Tending Your Garden, Creating a Low-Maintenance Garden

Every season seems to bring more and more requests for "low maintenance" gardens. This typically translates to a garden that looks great year-round, with little or no time and effort needed once installed.

And – oh yes – it should also be deer-proof.

As we all lead busy and hectic lives, our leisure time has become more precious than ever. Most of my clients want to stroll outside on a summer evening, drink in hand, and simply enjoy their gardens. But the truth is, a garden is a living, changing entity that needs some degree of care and attention to thrive and look beautiful.

That said, it is possible to have a lovely, "low maintenance" garden with some advance planning and a reality check on your expectations. That heirloom rose bed or formal English knot garden may not be in your future, but you can certainly achieve a great-looking landscape by keeping in mind the following:

• light conditions – knowing how much light you get in your garden will help narrow down your plant choices and point you toward varieties that will thrive.

• keep plant size in check – look for plants labeled "dwarf" or "slow-growing." As these plants only reach a mature height of 2-3 feet (for perennials) or 3-5 feet (for shrubs) you’ll reduce time spent staking and pruning. These plants will be full and sturdy without obscuring windows or flopping over after a heavy rain.

• soil prep – amending the soil in spring and fall with organic matter (manure, compost, etc.) will provide an ideal home for both new and existing plants, allowing them to root deeply and easily access water and nutrients. A top dressing of mulch at that time will reduce weeds and regulate soil temperature. As mulch helps the beds retain moisture it will also cut down on watering.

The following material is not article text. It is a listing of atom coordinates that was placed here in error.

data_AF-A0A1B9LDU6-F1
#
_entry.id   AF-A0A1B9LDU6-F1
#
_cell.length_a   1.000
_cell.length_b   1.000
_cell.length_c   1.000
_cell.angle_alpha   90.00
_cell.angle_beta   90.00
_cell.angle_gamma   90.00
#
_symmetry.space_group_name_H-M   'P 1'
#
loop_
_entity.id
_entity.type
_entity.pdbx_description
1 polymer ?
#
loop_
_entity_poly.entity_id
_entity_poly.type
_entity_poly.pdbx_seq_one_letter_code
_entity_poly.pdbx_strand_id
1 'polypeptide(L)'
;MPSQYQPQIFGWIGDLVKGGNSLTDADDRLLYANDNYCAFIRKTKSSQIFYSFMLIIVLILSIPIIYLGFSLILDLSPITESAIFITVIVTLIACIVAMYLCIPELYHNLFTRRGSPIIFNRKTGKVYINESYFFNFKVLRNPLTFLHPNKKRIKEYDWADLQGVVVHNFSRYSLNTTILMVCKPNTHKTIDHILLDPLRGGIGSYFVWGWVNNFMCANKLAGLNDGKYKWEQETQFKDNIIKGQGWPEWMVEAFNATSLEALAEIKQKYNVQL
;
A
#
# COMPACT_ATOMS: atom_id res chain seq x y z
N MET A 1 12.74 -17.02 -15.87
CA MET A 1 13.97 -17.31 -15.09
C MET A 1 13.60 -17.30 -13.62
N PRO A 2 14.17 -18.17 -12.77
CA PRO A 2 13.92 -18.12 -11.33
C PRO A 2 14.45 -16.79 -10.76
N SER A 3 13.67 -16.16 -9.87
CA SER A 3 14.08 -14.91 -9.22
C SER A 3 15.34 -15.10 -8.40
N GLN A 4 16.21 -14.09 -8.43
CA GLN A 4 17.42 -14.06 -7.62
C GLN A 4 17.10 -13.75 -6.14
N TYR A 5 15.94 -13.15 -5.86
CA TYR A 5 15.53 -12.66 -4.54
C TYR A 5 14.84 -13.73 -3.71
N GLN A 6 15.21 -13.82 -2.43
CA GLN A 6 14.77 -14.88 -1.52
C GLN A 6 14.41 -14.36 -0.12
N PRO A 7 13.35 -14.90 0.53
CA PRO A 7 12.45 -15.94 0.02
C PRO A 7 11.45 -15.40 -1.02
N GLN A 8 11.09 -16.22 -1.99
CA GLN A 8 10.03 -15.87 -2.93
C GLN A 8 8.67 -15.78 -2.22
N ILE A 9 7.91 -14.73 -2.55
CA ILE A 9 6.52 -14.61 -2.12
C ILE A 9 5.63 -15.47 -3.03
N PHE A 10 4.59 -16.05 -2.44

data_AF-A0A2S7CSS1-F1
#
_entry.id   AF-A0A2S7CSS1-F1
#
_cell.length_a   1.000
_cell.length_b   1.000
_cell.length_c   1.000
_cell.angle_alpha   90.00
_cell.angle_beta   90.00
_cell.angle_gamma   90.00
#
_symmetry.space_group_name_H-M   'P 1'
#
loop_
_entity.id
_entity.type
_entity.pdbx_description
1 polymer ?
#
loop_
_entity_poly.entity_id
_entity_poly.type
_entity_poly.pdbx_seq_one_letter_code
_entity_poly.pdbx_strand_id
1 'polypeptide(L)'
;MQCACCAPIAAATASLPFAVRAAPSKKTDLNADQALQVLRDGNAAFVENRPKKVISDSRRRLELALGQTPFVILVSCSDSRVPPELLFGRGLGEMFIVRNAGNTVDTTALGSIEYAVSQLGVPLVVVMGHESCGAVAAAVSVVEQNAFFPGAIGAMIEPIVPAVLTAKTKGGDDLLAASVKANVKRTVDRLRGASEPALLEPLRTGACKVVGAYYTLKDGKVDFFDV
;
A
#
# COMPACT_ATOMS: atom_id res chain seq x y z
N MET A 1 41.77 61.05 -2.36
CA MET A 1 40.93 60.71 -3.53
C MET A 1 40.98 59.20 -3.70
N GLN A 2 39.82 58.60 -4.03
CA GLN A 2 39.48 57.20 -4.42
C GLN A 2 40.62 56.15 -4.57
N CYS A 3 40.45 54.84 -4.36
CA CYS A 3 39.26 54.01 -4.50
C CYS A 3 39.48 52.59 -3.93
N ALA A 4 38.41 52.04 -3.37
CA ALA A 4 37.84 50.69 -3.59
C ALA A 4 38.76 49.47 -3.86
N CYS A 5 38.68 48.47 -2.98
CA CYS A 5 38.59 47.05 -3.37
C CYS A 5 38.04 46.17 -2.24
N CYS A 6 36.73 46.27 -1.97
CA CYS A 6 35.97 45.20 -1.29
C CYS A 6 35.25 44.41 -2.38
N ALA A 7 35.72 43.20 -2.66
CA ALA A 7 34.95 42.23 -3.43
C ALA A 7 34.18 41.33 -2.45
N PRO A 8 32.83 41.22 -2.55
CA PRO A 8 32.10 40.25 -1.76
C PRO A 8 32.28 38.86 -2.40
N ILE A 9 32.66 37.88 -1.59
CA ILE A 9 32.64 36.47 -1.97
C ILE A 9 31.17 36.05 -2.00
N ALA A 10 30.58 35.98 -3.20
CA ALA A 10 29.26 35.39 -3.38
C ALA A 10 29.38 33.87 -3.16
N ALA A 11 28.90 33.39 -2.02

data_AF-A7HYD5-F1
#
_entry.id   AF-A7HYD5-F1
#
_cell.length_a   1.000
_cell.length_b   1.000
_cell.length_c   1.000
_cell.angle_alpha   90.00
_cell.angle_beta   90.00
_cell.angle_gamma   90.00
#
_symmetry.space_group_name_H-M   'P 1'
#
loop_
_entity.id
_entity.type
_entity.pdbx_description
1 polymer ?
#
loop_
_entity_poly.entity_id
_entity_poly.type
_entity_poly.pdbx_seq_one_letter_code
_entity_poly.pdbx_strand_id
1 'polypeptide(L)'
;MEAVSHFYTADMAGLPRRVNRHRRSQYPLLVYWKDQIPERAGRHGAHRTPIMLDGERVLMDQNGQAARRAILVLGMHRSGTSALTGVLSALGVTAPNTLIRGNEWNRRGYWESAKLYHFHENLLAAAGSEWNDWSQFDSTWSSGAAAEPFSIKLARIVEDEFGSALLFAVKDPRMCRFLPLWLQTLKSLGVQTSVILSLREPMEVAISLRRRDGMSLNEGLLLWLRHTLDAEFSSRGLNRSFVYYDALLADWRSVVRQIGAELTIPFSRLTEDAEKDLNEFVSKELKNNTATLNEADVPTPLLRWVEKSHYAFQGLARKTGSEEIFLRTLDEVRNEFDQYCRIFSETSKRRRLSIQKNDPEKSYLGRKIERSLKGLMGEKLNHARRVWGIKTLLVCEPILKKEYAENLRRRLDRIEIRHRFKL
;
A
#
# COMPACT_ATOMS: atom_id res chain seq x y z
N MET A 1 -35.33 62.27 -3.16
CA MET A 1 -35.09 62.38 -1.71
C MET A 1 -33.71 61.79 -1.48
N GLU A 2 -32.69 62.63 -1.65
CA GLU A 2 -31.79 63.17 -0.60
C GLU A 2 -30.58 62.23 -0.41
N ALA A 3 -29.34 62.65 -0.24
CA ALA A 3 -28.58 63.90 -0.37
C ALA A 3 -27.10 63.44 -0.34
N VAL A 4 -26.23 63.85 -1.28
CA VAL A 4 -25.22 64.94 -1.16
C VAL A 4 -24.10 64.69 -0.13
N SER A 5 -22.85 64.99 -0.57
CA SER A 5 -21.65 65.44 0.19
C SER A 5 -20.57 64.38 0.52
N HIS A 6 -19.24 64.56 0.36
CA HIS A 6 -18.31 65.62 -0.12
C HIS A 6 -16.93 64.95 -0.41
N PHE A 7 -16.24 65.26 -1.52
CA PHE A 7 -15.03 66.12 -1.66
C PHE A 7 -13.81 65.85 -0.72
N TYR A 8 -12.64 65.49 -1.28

• learn to appreciate a "relaxed" look – formal, tightly clipped and pruned beds can be lovely – but low-maintenance they are not. By cultivating a more naturalized effect – sprawling plants, seed heads left up to offer winter interest (and food for the birds), an errant plant popping up in an unexpected spot – your garden will be warm and inviting yet require far less upkeep.

• eliminate trouble-makers – be ruthless in ridding your garden of plants that attract bugs, mildew, or other diseases – this will minimize maintenance and eliminate the need for nasty chemicals.

At the same time:

• add native plantings – they attract beneficial wildlife such as birds and butterflies, are highly disease- and pest-resistant and require little, if any, maintenance.

• think beyond pretty flowers – plants with vibrant fall foliage, bright berries or unusual bark will extend your garden’s interest well beyond spring and summer.

Following these guidelines will result in a garden that looks good year-round, with little time and effort needed once installed. n

Enjoy your garden!

Sheri Silver owns fiori garden design in Irvington and she can be reached at sherifiori@aol.com or at www.fiorigarden.com.

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About the Author: Sheri Silver